Sputnik (Paul Dickson – 2007)

The launch of the first artificial satellite Sputnik by the Soviet Union in 1957 spooked the world. It was a monumental event that forever changed the world. It’s significance has dwindled for the generations born since then, but the impact it made and the changes that came about because of it still reverberate today.

This book attempts to chronicle not only the event, but the repercussions and the resulting ‘space race’ that strove for supremacy to the moon and beyond. While space and rocket research was well underway in both the US and Soviet Union before the historic flight, the west and the world was caught off guard upon hearing the little basketball sized satellite had achieved orbit. As little as it was, the significance was almost breathtaking at the time and the technology and rocket power required were beyond the reaches of the US. Not only did the US then stumble in its initial attempts at its own satellite, but the Russians seemed to steadily up the ante with greater satellites and other advances that kept the US steps behind for some time.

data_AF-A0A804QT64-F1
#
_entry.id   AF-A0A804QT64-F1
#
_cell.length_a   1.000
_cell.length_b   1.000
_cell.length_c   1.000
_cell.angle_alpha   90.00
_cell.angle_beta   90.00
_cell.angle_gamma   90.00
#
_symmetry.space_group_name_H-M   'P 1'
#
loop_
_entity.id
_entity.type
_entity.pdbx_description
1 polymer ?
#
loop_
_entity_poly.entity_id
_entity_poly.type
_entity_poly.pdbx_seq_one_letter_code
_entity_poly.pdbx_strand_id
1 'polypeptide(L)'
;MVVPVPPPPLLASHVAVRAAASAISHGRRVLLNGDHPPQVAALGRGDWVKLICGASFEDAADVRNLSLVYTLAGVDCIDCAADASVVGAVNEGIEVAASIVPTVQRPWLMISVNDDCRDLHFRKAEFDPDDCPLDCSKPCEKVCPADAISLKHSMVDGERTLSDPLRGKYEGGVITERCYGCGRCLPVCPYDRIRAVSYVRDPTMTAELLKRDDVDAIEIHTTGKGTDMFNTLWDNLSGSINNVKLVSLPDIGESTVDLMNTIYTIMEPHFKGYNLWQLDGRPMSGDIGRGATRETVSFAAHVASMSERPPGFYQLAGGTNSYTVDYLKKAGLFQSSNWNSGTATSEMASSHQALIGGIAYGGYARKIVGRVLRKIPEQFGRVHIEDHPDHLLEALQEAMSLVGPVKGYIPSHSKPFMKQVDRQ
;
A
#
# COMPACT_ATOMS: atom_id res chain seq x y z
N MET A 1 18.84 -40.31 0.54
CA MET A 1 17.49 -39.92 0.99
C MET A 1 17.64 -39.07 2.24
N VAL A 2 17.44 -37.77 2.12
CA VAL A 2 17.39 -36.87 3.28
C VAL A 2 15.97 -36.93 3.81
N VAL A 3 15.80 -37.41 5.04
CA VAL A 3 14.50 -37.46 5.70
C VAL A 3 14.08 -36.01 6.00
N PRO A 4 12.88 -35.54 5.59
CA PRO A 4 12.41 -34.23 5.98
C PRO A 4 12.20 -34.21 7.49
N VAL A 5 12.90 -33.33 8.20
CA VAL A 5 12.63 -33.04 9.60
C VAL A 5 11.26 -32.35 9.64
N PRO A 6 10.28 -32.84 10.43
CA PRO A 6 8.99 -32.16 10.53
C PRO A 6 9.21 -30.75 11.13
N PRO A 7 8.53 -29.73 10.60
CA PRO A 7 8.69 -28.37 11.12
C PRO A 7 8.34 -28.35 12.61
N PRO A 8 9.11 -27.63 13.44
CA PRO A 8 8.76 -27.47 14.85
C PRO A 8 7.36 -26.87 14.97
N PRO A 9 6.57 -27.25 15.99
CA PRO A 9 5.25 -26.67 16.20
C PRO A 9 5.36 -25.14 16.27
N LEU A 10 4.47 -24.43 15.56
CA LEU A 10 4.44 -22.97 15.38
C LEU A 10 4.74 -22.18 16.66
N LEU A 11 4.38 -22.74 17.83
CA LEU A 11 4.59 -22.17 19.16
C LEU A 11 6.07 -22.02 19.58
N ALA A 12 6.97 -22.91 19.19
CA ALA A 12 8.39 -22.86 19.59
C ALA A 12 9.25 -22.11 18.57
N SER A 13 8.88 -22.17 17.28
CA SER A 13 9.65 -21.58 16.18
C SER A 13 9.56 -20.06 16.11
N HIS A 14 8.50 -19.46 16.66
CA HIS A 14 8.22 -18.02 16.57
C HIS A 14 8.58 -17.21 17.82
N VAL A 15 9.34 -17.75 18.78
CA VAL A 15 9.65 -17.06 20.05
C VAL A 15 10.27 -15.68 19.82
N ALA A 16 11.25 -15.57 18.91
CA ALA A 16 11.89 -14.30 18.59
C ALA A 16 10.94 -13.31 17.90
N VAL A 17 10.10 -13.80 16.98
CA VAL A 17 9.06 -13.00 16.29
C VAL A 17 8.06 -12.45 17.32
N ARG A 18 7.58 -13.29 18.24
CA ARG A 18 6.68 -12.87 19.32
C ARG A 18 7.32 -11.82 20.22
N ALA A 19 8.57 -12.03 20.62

As is usual in these cases, there are a lot of twists and turns, fate, and ironies behind both sides of the competing nations and this book attempts to capture all of the behind the scenes maneuvering as well as what the public was seeing at the time. Even though I think of myself as being fairly knowledgeable on the subject of space history and Sputnik itself, I too was surprised at the magnitude of event as presented by the many anecdotes in the book. I now have a greater appreciation of the role Sputnik played as well as a deeper understanding of just how great a technical achievement it was. My one dislike of the book is a bit of sloppy editing as a few of the events were repeated two or three times.

There are a lot of better books about space history available, but if you want to know about Sputnik in particular, this should fit the bill.


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